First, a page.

I apologise for simply throwing questions at you… questions you’ve thrown at yourself, I’m sure. But I just felt I wanted to say this. Have a good day…

  2. An interesting article about gift economy, something we could use in our collective.

    http://www.yesmagazine.org/happiness/to-build-community-an-economy-of-gifts

  3. I like the idea. One of my friends also had a similar idea. I will talk to her and see if she is interested. I really think we should do this, as you said last time, we all should be reformers, where we show the world we can do things differently and not have to blindly follow others. Give me some time as I talk to different friends on this.

  4. Sounds interesting. Like they have societies for castes, religions, language, ethnicity, this can be a society for liberals where the only thing unaccepted is people having problems with personal choices of others-it can have a tagline ‘Jiyo or jine do’ :P. Though have a few practical doubts. In any common ownership the biggest challenge is what if it doesn’t work so there should be a mechanism for ones to move out by self for those who don’t find them fitting. and how decisions are taken. democratic setups involve compromises and power politics(being practical, its when one has to live in such a setup that one realises the issues no matter how much one favors a commune specially in personal spaces). What I mean to say is that even in joint family system where people have lived together for forever, there arises differences specially when it comes to decisions regarding things which are common. Collective capital can be a bad idea, come to think of it, a joint account thing doesn’t often work even for two married liberal people, here its so many people and how to ensure that the commune is not being taken granted for. Instead people can have their own money and whenever anyone is in need, whoever wishes to can come together and help, otherwise what in case of common capital there maybe individuals, who may not agree with it(Reality check).
    Few other inputs:
    Self sufficiency: It maybe a good idea to have a farm where you can grow own food, so the most basic necessity is taken care of. (Not possible in big cities where land prices are so high)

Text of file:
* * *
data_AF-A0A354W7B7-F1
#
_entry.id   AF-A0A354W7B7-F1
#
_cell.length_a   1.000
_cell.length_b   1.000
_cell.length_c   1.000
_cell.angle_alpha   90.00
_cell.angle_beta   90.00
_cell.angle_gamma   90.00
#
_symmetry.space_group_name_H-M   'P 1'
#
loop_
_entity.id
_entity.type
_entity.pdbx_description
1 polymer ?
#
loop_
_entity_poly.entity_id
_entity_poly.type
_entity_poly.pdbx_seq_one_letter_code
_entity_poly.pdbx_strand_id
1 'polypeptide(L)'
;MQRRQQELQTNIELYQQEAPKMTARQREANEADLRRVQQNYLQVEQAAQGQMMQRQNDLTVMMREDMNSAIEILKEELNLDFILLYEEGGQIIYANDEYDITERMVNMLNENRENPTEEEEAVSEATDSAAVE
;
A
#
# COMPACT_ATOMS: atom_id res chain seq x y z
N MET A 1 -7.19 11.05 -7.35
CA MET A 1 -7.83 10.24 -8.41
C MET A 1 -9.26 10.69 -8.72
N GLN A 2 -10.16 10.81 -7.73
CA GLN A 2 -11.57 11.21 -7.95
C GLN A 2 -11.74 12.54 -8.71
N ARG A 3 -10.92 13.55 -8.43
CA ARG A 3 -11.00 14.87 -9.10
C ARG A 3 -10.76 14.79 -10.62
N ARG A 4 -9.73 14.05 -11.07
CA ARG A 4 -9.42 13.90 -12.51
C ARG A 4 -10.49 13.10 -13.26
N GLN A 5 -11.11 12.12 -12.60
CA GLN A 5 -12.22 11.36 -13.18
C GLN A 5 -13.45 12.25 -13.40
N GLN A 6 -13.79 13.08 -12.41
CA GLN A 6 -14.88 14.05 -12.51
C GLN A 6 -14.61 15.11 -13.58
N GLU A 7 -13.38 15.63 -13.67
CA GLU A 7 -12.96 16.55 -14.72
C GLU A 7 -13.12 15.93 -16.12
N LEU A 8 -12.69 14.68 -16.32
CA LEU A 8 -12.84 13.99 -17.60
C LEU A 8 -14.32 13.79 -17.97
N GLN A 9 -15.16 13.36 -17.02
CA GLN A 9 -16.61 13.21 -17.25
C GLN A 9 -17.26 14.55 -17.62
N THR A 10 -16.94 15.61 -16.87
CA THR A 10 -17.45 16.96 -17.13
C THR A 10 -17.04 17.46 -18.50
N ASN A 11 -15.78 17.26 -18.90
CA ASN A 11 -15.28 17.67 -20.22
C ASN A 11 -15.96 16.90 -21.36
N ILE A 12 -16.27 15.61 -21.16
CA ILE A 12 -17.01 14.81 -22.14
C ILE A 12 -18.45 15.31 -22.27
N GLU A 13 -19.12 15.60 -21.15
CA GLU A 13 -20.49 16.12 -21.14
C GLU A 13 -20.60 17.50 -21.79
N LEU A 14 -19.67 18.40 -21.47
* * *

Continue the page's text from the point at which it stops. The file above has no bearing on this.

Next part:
Reducing energy needs. Open sunlit spaces.
    Shared travelling. though again, it may be misused so it can work like a society taxi. whoever takes it, pays for the fuel and a little more for maintenance.
    Common kitchen idea is great. saves a lot of money and time. however not everyone likes cooking. so anyone who enjoys cooking can manage it and charge nominally for the services instead of people taking mandatory turns.
    all my concerns are for it to be self sufficient, because if anything is available in a charitable manner, its taken for granted but that does not mean that people cannot help each other in need, just that it should be by individual will and not mandatory within the system otherwise it becomes suffocating in long term.

  5. Dont aim for big, grand uthopian solution or community. Keep it simple, keep it small. Keep it realistic. If it sustains and succeeds, it will spread on its own. Community shared living is very challenging , needs a lot of introspection, dialog, discussion and debate. We should never assume that everyone can get along with everyone else. Just not possible. Hence, build a network of people you enjoy being with and who can share/contribute to your thoughts and ideologies and dream of shared living. Just start with a simple single goal, the others will follow.

    I am very impressed by the women of DDS India (DDSIndia.com ). It is not “community living” in some sense but _is_ in other sense. It is not a group of feminists ( in urban terminology) but women who choose to take responsibility and action. It is a very democratic setup. Do visit them if you can. By the way : They are not ENGLISH speaking, nor are educated. But are my inspiration in many ways.